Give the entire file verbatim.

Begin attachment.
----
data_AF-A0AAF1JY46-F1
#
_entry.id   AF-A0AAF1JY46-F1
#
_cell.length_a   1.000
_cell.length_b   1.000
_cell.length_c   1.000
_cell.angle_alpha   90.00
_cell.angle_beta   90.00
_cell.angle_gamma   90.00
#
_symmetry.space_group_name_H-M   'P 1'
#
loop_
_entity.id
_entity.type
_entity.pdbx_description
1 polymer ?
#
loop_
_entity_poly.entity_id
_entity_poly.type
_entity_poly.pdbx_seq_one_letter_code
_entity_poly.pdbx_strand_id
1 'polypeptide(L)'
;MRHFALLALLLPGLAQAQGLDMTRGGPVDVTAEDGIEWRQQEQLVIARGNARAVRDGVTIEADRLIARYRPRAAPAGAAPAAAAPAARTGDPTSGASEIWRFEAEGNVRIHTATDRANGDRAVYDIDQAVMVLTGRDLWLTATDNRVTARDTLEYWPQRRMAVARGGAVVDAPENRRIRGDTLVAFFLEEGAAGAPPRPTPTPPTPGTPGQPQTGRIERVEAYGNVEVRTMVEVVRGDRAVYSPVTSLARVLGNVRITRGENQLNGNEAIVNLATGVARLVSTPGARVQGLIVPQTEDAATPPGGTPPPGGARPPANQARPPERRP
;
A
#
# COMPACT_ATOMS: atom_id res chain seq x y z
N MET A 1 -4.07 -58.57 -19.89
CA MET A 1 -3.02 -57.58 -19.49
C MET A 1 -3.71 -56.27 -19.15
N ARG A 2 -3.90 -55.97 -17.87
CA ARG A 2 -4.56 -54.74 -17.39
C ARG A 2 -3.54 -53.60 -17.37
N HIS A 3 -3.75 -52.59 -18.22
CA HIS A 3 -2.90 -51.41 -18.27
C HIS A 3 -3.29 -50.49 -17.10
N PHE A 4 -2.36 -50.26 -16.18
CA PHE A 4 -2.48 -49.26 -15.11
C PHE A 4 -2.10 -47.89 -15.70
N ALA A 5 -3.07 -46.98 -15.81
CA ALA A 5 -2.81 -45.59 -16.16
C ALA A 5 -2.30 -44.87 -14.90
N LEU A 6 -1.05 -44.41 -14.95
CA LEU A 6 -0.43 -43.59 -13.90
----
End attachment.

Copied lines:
data_AF-A0AAF1JY46-F1
#
_entry.id   AF-A0AAF1JY46-F1
#
_cell.length_a   1.000
_cell.length_b   1.000
_cell.length_c   1.000
_cell.angle_alpha   90.00
_cell.angle_beta   90.00
_cell.angle_gamma   90.00
#
_symmetry.space_group_name_H-M   'P 1'
#
loop_
_entity.id
_entity.type
_entity.pdbx_description
1 polymer ?
#
loop_
_entity_poly.entity_id
_entity_poly.type
_entity_poly.pdbx_seq_one_letter_code
_entity_poly.pdbx_strand_id
1 'polypeptide(L)'
;MRHFALLALLLPGLAQAQGLDMTRGGPVDVTAEDGIEWRQQEQLVIARGNARAVRDGVTIEADRLIARYRPRAAPAGAAPAAAAPAARTGDPTSGASEIWRFEAEGNVRIHTATDRANGDRAVYDIDQAVMVLTGRDLWLTATDNRVTARDTLEYWPQRRMAVARGGAVVDAPENRRIRGDTLVAFFLEEGAAGAPPRPTPTPPTPGTPGQPQTGRIERVEAYGNVEVRTMVEVVRGDRAVYSPVTSLARVLGNVRITRGENQLNGNEAIVNLATGVARLVSTPGARVQGLIVPQTEDAATPPGGTPPPGGARPPANQARPPERRP
;
A
#
# COMPACT_ATOMS: atom_id res chain seq x y z
N MET A 1 -4.07 -58.57 -19.89
CA MET A 1 -3.02 -57.58 -19.49
C MET A 1 -3.71 -56.27 -19.15
N ARG A 2 -3.90 -55.97 -17.87
CA ARG A 2 -4.56 -54.74 -17.39
C ARG A 2 -3.54 -53.60 -17.37
N HIS A 3 -3.75 -52.59 -18.22
CA HIS A 3 -2.90 -51.41 -18.27
C HIS A 3 -3.29 -50.49 -17.10
N PHE A 4 -2.36 -50.26 -16.18
CA PHE A 4 -2.48 -49.26 -15.11
C PHE A 4 -2.10 -47.89 -15.70
N ALA A 5 -3.07 -46.98 -15.81
CA ALA A 5 -2.81 -45.59 -16.16
C ALA A 5 -2.30 -44.87 -14.90
N LEU A 6 -1.05 -44.41 -14.95
CA LEU A 6 -0.43 -43.59 -13.90